Kurt: Most competitor technology is text based, and therefore can only compile the information that a retailer has already collected and published. We are image-based, which means we can help retailers upstream in the process to actually produce the tags.
We think there’s more than enough work to do to connect images with text data, and doing this well will go a long way for fashion retailers. You’d be surprised at how big of a challenge this is for companies regardless of their size.
Search-by-image is a neat, emerging technology, but shoppers typically don’t have an image for the item they have in their mind. Search by image is also notoriously inaccurate. Our platform provides a more flexible and more accurate solution.
WhichPLM: You speak about the difference between Dressometry and its competitors. From a purely customer point of view, how does the experience at Dressometry differ from that with another e-tailer? Correct me if I’m wrong, but other online retailers also offer filters when searching for the perfect item, be it colour, style, or price; what differentiates Dressometry from the pack?
Kurt: We offer an interactive shopping experience by giving customers the ability to ‘click to change’ an attribute to find similar, better items. For example, when a shopper is viewing a dress online, and loves everything about it except for its short sleeves, we allow them to find the most similar items with long sleeves.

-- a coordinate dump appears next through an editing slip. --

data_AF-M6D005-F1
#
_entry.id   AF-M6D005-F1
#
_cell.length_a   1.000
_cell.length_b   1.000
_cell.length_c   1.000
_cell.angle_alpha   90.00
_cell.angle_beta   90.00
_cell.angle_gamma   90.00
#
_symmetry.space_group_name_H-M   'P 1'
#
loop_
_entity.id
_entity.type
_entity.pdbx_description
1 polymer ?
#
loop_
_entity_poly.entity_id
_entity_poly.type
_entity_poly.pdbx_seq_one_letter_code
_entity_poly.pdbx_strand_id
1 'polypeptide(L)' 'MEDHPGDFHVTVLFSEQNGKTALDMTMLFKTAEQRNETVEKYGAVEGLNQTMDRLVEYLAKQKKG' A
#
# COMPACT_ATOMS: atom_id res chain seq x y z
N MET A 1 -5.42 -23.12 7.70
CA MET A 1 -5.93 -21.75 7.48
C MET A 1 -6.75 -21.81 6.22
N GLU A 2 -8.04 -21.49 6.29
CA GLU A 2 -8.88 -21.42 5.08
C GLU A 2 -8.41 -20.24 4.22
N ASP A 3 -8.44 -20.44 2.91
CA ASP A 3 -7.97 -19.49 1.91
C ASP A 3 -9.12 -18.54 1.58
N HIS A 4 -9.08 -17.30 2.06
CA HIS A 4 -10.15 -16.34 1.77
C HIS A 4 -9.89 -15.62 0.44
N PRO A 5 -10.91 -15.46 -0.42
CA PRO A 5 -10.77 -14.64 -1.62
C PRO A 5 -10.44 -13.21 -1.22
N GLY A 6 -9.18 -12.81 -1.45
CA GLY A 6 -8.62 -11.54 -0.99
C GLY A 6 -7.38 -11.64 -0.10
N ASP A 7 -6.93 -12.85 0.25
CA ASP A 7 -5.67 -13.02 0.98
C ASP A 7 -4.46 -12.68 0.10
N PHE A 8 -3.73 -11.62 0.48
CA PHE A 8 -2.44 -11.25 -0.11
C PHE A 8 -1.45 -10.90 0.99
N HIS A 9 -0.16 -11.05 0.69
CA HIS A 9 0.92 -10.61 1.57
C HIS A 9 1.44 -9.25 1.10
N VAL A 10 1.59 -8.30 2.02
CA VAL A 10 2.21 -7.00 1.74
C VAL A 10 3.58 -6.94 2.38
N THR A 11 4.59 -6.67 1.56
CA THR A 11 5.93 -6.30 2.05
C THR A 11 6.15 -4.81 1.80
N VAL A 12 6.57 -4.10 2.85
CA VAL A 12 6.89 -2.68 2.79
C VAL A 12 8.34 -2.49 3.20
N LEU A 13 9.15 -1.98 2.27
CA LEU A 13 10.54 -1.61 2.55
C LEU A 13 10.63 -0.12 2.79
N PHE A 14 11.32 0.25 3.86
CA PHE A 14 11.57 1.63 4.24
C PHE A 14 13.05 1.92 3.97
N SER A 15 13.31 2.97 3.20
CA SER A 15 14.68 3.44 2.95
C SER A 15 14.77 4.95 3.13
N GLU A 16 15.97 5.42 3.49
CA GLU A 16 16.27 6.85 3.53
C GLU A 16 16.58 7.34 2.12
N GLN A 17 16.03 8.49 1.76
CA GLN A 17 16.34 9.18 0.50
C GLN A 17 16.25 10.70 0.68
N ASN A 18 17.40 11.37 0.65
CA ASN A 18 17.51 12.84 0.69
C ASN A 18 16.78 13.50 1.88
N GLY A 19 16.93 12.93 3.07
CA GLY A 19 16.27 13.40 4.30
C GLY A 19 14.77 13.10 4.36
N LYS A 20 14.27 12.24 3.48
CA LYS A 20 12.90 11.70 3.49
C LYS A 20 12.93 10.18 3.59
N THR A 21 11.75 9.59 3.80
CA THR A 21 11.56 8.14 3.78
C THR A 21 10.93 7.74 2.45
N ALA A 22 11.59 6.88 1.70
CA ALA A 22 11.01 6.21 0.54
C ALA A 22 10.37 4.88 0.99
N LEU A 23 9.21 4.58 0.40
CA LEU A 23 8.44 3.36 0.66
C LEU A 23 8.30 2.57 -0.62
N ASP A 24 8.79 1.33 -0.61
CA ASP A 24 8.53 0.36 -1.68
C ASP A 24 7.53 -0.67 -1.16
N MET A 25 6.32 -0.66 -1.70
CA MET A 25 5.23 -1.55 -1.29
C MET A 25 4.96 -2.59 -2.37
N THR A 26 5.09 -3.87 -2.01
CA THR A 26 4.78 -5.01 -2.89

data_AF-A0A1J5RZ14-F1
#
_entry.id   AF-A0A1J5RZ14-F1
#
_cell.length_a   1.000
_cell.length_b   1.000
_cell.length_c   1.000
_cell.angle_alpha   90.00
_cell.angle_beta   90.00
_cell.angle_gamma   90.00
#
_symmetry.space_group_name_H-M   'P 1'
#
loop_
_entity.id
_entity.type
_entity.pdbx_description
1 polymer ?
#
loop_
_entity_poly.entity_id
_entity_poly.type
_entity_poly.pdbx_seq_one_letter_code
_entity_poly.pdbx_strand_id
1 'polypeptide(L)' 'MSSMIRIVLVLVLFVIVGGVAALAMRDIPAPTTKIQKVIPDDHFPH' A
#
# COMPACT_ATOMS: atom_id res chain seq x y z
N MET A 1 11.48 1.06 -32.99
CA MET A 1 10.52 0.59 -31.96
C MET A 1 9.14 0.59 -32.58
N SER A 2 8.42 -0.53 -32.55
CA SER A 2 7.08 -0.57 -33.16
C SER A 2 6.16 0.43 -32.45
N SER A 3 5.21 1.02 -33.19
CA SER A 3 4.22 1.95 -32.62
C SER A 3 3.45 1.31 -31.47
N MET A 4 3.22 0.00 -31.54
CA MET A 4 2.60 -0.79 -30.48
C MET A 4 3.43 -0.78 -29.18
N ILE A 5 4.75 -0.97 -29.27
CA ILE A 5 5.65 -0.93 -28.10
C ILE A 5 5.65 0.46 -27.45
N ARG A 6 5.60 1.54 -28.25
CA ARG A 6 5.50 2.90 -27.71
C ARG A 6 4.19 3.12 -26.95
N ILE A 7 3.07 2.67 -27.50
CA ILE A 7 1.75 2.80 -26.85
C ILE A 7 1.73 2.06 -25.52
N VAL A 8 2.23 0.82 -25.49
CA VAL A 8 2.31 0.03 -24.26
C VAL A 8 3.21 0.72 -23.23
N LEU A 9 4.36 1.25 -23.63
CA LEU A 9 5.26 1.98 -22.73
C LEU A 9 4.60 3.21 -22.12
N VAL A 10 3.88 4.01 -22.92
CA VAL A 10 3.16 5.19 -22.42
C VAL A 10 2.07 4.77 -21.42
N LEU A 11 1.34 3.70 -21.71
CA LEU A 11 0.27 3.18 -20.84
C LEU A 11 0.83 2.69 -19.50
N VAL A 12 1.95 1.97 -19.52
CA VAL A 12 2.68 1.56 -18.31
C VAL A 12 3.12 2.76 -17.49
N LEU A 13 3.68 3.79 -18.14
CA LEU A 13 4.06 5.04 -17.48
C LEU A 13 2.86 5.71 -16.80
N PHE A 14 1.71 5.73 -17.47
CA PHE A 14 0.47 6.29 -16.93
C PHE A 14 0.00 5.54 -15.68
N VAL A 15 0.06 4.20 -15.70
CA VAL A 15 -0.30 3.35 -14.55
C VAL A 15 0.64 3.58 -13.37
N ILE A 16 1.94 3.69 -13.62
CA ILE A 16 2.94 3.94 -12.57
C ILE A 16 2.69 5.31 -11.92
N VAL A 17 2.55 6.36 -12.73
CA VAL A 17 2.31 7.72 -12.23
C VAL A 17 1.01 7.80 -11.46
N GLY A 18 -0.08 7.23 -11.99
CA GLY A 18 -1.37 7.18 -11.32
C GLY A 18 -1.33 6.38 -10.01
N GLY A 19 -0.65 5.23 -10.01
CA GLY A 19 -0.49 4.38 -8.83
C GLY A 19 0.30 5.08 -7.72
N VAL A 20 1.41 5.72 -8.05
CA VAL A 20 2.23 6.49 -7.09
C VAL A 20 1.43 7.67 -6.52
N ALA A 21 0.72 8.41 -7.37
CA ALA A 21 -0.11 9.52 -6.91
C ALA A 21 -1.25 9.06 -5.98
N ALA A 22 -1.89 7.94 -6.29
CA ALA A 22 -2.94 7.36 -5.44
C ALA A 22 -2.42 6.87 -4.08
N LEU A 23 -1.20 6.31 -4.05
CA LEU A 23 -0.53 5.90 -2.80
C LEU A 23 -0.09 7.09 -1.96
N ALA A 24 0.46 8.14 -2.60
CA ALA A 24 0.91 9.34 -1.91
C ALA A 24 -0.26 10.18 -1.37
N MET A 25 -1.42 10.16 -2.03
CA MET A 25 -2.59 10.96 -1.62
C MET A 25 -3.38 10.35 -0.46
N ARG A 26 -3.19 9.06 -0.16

Each time a customer ‘clicks to change’ an attribute, they’re helping the e-tailer find them the perfect item. It’s similar to interacting with an in-store associate, and now we’ve built it online. This all but eliminates needless scrolling, bookmarking, and toggling between browser tabs, and it is only possible with the kind of highly detailed product data we produce for our clients.
Our customers tell us all the time how much they enjoy the shopping experience and how much they wish they could replicate it across other fashion products they buy online – from bags to shoes and beyond.
WhichPLM: And how many businesses do you currently work with? And how do you manage to keep up-to-the-minute information around each of them and their latest product offerings?
Kurt: Our clients range from a small e-commerce startup, not unlike our own, all the way to major household names.
To be able to serve clients of that range, we knew we’d need to build the capability to tag tens of thousands of images per day, across all product categories, in a highly accurate way, and to ensure the process is smooth for exchanging data (pictures and tags) with our clients. We built a platform to allow us to do just that, and we work closely with our clients – like additional members of their teams, if you like – to make sure we’re the first to know about new products rolling out online.
WhichPLM: Let’s talk a bit about transformation. Dressometry began as a consumer-facing platform; you’ve now found that you can expand this and target more areas. Tell us about that, and where you see it going?